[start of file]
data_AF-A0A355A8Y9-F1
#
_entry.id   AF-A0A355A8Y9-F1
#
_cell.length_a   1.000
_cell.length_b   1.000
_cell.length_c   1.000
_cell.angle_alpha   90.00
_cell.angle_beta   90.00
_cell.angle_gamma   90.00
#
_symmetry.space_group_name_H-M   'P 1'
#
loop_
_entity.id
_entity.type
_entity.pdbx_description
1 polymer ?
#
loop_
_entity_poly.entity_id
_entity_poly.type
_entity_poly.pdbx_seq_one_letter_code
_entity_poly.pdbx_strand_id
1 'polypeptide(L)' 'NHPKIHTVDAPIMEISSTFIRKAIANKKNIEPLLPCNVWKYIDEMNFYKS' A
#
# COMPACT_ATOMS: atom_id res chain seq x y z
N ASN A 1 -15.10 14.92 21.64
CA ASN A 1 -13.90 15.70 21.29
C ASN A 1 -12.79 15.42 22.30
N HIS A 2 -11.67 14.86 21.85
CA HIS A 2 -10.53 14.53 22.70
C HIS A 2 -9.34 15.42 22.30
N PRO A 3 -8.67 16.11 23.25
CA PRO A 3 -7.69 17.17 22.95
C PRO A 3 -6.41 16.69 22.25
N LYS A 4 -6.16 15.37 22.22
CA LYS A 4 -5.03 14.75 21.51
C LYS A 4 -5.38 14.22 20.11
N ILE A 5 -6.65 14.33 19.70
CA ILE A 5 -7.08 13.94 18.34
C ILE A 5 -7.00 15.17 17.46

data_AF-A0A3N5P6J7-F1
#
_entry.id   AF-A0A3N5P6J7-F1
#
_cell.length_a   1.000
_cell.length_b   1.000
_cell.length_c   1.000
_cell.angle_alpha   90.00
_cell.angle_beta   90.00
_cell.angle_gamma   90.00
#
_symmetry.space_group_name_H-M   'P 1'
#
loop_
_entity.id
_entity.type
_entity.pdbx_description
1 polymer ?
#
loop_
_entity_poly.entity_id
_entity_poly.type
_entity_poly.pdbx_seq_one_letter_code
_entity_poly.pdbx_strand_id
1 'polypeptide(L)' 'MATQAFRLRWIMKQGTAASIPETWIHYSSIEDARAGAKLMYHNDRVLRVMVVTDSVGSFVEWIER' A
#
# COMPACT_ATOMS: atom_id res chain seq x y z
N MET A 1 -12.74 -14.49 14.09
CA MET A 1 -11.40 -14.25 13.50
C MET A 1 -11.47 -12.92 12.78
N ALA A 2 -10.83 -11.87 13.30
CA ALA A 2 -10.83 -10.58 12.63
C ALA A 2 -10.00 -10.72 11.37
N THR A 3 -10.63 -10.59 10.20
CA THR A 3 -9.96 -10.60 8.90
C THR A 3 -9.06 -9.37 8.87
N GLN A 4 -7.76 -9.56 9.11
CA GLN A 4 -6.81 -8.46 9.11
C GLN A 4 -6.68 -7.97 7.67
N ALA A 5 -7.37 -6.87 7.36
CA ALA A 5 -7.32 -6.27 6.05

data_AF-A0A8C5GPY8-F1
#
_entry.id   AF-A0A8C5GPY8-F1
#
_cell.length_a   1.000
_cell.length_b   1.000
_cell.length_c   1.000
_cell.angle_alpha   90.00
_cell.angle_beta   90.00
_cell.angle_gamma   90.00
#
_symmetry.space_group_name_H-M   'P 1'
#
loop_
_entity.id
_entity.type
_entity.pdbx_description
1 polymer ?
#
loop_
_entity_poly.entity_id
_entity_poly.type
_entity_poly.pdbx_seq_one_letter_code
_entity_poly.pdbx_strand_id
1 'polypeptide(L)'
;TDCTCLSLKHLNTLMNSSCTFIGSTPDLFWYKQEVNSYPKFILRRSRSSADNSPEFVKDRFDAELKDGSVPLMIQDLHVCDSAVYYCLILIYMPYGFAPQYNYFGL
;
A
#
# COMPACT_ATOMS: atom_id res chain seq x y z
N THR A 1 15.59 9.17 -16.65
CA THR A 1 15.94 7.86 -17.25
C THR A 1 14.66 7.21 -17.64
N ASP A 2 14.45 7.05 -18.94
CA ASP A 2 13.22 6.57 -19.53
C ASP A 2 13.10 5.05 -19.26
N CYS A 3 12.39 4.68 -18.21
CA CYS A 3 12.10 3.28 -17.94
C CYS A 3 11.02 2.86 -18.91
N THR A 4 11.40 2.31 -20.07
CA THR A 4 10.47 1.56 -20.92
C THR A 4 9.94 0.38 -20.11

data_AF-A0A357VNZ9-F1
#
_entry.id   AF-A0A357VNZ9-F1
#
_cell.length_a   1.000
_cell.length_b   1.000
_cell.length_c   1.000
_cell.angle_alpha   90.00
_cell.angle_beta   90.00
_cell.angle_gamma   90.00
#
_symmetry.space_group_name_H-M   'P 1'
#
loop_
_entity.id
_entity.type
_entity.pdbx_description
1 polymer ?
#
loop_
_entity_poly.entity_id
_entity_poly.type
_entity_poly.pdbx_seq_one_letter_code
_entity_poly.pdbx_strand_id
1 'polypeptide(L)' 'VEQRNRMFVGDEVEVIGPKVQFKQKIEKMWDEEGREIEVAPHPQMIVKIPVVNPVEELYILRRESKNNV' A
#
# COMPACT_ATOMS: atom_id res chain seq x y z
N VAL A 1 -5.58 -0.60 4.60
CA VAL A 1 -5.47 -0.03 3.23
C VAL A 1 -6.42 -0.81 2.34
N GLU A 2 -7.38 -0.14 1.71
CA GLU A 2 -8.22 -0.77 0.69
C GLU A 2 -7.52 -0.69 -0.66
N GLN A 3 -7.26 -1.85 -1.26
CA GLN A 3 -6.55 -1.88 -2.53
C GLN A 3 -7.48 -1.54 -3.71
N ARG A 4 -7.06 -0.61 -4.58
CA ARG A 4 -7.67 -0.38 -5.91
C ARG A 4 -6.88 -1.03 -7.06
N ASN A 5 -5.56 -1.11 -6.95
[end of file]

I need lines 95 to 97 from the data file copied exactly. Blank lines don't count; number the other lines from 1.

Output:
_symmetry.space_group_name_H-M   'P 1'
#
loop_